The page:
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STOP in sign language
How to sign "stop" in American Sign Language (ASL)? And, how a toddler acquires the ASL word "stop".
Meaning: To cause (an action, process, or event) to come to an end.
Pronunciation (sign description): Dominant horizontal flat hand with palm facing left if right-handed moves down and stops at non-dominant palm-up flat hand.
Usage or context examples: This ASL sign or word is a base that you can use in pretty much general contexts, especially for beginners or learners.
Inflecting movement and intonation can convey nuances of meanings used by Deaf signers. One example is signing plural 'stop' glossed as STOP+ (two repetitions), STOP++ (three repetitions) used when in context of making a command or a stress.
Kid signing "stop"
The time-lapse video shows how the bilingual ASL-speaking toddler acquired the ASL word "stop". As each kid develops at different pace, this case study shows how the process in language development, specifically phonological acquisition, works in general.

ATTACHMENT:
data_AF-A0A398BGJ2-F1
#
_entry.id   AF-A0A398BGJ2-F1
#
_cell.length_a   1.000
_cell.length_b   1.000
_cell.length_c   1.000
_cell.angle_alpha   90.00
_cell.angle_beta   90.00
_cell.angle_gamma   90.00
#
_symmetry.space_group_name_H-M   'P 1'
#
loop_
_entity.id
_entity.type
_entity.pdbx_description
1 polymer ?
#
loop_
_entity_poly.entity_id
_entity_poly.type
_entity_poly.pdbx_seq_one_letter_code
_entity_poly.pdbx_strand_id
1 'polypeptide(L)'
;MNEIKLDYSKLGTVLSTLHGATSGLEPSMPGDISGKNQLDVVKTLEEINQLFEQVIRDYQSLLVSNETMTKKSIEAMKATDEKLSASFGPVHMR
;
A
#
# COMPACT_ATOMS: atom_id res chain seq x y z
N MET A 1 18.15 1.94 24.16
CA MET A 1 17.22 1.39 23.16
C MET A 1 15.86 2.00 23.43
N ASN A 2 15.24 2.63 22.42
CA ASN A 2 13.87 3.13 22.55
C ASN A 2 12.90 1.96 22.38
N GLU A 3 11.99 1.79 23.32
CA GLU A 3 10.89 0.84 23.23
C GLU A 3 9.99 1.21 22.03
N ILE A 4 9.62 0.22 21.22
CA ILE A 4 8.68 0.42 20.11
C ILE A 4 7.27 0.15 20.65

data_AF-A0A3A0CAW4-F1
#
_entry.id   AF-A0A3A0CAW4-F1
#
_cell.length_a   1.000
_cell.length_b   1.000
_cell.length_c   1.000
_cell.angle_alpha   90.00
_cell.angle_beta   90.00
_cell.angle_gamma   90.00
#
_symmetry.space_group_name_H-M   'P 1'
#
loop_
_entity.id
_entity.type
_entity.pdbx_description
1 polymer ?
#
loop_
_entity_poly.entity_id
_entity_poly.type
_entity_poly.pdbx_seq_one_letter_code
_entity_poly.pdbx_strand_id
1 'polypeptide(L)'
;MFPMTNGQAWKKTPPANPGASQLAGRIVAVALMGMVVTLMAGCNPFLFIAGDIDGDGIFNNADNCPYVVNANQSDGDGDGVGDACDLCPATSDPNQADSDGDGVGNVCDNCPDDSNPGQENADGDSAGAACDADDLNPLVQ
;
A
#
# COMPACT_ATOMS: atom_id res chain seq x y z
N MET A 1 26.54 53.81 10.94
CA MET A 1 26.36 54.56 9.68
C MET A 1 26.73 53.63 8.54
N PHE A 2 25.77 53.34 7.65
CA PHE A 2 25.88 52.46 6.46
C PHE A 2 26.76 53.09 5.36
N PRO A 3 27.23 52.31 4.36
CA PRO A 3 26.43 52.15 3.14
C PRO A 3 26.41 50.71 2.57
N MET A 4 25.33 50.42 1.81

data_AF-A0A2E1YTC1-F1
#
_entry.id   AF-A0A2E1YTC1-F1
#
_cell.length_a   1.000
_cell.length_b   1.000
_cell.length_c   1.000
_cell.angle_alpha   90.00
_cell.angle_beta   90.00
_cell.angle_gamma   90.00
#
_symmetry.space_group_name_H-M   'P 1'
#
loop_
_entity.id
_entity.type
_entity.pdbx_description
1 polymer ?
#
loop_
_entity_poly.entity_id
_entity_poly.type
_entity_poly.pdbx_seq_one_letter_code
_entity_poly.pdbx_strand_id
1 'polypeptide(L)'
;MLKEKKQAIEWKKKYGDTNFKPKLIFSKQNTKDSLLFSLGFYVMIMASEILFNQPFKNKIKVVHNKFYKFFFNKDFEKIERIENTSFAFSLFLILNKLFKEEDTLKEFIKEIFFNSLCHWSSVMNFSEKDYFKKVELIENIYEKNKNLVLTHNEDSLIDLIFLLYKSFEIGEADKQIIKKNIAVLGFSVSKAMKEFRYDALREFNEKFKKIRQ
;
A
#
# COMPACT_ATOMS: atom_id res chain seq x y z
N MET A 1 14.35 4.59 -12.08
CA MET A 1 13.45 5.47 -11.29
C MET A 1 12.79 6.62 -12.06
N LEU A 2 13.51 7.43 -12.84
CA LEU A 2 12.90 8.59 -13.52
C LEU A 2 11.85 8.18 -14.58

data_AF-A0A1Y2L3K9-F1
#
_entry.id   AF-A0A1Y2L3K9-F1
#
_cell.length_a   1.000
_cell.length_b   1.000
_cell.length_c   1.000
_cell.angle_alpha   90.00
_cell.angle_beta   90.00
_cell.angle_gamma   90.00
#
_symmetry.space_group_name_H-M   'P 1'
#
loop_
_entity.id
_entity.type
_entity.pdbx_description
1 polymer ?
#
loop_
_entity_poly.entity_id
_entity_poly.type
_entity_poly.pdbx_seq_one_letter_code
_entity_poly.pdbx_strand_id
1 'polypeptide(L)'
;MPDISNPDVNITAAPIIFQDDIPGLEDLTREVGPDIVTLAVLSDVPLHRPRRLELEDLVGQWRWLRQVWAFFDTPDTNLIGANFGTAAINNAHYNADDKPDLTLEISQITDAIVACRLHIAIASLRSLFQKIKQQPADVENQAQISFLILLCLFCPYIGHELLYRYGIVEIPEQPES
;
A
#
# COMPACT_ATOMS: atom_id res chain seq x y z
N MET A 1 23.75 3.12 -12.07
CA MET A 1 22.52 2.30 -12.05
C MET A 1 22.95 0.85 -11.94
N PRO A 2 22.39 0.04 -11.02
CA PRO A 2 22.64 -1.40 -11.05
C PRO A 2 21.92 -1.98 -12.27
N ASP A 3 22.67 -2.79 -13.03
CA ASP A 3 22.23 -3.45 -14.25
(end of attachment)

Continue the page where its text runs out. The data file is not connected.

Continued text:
At age 1;3 during the blooming one-word stage, the baby first first uttered "stop" in ASL after observing how her mother articulated. Then, she applied it to other contexts.
At first, her palms face each other which quickly evolved to a change of orientation at age 1;5, in which her non-dominant hand is in correct orientation but the palm of her dominant hand remains to be symmetrical with the non-dominant hand.
At age 2;0, she was able to manipulate her dominant hand non-symmetrically. This process is an example of proximalization -- the process of manipulating from shoulder to hand to fingers.
Related signs: FINISH, END, PAUSE, CEASE, TERMINATE, DISCONTINUE, HALT.
Opposite: START, CONTINUE, GO.
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[Note: ASL writing is not an official standard. This sign language writing remains in a state of open space to allow room for experiment, evolution, and improvement.]
Written by Adrean Clark, March 2017.